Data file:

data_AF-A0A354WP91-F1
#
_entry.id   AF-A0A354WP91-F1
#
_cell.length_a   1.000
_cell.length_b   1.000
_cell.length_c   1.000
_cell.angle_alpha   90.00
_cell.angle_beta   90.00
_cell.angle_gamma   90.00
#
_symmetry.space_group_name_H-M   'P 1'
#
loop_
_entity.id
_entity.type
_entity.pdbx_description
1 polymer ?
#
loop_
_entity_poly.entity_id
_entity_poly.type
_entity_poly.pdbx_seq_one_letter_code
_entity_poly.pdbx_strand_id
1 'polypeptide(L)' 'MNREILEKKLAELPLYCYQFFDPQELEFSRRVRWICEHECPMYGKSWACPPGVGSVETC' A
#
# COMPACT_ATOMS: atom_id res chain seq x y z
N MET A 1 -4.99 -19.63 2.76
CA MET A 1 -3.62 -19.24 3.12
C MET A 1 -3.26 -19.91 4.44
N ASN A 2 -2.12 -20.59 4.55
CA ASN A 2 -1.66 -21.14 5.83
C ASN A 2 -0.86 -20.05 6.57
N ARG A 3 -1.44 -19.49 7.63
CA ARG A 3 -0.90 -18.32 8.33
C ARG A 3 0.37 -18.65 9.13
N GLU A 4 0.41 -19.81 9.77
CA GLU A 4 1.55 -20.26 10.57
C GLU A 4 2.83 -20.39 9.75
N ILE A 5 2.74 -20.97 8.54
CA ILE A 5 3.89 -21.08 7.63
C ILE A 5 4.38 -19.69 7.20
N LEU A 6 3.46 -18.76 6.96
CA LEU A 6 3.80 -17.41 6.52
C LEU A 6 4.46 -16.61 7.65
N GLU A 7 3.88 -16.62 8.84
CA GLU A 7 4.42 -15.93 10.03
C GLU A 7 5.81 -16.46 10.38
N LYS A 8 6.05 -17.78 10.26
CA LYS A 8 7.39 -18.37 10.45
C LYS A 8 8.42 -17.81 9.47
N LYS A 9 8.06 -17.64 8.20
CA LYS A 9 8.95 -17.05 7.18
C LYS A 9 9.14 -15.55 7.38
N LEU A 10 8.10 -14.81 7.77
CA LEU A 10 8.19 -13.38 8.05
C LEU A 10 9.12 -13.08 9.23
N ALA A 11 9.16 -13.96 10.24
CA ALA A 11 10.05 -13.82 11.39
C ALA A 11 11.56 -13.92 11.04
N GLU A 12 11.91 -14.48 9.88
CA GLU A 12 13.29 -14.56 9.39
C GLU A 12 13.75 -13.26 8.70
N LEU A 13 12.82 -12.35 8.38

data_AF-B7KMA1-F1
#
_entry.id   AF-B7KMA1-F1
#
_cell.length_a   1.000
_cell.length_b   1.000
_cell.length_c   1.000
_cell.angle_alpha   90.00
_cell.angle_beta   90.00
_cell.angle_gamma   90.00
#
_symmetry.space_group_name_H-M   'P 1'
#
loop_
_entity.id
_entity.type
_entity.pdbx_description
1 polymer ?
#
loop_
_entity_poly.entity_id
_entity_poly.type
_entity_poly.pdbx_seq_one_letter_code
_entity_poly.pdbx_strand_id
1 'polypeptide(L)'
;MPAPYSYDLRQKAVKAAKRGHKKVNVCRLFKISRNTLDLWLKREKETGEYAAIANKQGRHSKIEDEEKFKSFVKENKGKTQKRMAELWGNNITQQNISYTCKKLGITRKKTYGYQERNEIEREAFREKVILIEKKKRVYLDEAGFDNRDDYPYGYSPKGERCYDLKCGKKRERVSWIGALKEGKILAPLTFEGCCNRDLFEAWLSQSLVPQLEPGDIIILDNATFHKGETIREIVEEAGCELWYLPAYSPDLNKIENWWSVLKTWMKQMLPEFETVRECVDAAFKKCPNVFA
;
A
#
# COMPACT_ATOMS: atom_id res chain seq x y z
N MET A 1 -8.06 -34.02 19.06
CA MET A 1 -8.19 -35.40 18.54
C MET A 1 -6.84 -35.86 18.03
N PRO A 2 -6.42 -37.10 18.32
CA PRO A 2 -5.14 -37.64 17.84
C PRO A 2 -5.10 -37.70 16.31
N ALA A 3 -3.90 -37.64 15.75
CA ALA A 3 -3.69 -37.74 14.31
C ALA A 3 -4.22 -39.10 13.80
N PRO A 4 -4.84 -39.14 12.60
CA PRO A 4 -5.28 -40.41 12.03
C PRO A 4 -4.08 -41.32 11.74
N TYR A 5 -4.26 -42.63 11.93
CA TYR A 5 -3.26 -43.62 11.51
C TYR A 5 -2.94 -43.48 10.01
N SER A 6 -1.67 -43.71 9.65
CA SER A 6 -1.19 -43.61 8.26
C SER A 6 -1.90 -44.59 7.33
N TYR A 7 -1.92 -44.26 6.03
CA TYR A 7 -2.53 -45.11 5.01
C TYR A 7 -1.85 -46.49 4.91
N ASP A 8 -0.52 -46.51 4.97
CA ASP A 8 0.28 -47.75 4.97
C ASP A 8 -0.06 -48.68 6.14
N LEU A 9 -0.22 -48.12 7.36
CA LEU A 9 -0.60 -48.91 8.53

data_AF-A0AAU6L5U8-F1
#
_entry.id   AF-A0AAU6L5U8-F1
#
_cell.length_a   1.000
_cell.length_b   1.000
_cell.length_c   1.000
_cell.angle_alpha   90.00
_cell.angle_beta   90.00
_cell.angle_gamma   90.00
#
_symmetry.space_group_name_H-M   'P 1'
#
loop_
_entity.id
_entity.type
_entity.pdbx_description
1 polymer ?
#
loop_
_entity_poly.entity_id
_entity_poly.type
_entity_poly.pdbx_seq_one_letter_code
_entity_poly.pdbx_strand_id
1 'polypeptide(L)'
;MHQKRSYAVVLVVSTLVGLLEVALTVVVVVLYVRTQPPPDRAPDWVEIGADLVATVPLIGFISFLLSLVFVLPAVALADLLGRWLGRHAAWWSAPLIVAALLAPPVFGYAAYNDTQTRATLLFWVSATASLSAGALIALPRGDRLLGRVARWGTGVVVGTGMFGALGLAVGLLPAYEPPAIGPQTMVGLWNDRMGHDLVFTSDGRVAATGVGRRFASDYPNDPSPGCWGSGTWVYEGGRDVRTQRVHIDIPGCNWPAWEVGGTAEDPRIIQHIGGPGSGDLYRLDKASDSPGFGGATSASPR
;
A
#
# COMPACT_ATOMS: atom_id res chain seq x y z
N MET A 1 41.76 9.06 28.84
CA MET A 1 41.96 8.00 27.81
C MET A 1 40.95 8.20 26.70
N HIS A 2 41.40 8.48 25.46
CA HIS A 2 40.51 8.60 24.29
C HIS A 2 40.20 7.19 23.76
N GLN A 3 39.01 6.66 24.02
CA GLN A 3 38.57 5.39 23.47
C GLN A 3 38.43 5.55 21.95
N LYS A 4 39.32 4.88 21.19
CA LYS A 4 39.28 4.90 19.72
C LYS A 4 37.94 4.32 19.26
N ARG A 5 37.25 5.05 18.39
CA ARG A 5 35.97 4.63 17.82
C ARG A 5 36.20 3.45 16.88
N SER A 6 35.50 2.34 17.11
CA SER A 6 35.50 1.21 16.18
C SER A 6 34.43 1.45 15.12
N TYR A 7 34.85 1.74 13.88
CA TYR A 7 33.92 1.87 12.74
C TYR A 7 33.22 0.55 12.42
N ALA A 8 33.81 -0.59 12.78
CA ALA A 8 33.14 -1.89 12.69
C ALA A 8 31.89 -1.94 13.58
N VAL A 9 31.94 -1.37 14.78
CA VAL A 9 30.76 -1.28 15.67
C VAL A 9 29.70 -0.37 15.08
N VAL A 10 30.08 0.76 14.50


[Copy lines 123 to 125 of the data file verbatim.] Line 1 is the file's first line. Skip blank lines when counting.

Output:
_entry.id   AF-A0AAU6L5U8-F1
#
_cell.length_a   1.000